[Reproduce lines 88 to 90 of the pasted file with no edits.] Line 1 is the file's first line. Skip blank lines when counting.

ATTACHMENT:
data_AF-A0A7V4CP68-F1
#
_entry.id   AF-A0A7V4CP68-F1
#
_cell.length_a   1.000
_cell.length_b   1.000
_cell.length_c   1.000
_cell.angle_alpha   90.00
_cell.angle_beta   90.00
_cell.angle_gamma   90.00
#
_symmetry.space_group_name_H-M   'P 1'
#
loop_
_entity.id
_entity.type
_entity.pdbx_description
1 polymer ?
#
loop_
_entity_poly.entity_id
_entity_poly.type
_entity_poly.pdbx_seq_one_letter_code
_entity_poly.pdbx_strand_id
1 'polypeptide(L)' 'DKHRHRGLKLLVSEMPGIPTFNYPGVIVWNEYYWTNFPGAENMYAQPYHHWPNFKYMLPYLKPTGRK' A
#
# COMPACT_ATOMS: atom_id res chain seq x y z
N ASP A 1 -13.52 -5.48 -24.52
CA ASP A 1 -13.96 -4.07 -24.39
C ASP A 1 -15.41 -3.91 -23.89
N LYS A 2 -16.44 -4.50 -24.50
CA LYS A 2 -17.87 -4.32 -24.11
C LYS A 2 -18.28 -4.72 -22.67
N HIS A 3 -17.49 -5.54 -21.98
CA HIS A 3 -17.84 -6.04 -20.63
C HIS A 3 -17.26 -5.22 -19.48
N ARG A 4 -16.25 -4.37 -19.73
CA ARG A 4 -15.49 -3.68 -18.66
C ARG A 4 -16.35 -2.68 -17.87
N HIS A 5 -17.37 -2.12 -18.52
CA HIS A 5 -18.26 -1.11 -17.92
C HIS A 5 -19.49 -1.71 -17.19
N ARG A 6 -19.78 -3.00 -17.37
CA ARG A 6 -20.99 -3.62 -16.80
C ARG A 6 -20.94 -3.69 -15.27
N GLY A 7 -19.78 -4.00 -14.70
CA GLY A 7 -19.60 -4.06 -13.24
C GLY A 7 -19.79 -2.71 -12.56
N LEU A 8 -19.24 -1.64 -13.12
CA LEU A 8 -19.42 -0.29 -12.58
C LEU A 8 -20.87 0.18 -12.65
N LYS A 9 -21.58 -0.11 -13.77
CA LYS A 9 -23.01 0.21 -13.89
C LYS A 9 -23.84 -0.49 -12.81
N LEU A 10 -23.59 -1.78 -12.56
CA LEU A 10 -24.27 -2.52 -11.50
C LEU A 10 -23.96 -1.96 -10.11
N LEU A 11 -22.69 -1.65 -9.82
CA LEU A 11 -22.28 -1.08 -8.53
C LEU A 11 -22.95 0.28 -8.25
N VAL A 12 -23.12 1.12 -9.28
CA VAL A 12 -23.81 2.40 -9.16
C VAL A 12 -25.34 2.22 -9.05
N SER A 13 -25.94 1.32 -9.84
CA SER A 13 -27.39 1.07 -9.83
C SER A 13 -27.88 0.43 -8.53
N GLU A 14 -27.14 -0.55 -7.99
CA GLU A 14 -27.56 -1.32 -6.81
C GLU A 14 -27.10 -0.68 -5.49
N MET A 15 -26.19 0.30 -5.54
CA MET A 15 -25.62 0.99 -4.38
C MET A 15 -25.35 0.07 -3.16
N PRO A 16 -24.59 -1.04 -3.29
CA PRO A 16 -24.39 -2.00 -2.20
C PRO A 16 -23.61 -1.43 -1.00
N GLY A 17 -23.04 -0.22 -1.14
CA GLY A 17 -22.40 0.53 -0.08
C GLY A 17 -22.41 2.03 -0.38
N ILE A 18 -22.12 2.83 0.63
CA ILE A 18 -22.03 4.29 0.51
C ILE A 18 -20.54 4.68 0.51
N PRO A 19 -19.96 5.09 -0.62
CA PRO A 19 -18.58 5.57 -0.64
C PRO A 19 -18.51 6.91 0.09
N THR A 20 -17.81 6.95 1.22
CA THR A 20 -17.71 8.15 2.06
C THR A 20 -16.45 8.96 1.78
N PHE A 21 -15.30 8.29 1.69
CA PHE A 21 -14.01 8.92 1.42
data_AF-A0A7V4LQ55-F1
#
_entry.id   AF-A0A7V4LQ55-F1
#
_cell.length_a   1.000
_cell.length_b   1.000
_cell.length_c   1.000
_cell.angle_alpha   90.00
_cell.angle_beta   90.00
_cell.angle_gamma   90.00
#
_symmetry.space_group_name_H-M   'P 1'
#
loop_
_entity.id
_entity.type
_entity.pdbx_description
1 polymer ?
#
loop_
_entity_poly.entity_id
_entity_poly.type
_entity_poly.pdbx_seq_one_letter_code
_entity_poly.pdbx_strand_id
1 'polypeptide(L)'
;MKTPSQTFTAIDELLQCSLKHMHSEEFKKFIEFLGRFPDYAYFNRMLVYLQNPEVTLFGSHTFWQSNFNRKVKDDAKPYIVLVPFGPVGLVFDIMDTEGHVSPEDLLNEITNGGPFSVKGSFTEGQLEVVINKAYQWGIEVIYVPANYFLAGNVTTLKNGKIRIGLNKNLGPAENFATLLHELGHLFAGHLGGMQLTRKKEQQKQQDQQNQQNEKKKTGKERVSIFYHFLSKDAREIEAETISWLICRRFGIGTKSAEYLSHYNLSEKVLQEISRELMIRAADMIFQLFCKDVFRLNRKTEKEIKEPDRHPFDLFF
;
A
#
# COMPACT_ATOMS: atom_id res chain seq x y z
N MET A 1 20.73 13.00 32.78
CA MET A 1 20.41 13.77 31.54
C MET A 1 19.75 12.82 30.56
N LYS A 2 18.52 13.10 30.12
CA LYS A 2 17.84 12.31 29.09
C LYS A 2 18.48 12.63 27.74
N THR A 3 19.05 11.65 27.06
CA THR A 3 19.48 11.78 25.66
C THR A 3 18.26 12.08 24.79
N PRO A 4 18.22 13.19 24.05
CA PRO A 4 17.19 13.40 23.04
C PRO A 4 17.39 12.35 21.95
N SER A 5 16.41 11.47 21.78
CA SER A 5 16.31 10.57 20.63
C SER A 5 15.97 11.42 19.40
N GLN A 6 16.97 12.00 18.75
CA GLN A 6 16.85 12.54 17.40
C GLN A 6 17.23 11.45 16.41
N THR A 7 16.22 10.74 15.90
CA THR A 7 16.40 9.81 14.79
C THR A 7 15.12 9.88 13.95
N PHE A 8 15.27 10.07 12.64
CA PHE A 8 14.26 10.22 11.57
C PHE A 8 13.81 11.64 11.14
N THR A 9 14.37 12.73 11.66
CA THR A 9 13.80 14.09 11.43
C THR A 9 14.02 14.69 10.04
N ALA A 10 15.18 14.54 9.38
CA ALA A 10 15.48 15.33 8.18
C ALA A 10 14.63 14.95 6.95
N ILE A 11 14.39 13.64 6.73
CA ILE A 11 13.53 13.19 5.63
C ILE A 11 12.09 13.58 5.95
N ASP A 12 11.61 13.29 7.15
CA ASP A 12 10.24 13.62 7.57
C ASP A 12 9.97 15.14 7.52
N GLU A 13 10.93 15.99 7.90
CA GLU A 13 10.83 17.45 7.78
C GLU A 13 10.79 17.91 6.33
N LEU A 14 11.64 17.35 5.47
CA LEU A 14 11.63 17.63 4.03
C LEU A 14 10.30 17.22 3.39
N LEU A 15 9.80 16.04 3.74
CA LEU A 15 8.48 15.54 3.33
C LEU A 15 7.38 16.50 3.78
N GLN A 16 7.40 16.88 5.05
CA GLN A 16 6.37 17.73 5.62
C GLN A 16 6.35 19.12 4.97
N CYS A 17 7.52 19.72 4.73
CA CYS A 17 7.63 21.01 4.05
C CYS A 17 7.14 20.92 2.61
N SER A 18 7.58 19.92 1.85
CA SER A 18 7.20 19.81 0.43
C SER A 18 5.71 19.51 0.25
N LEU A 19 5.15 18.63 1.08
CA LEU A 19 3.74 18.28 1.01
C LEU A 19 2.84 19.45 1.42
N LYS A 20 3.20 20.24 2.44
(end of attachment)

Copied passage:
N PHE A 21 -15.30 8.29 1.69
CA PHE A 21 -14.01 8.92 1.42
data_AF-A0A7V4LQ55-F1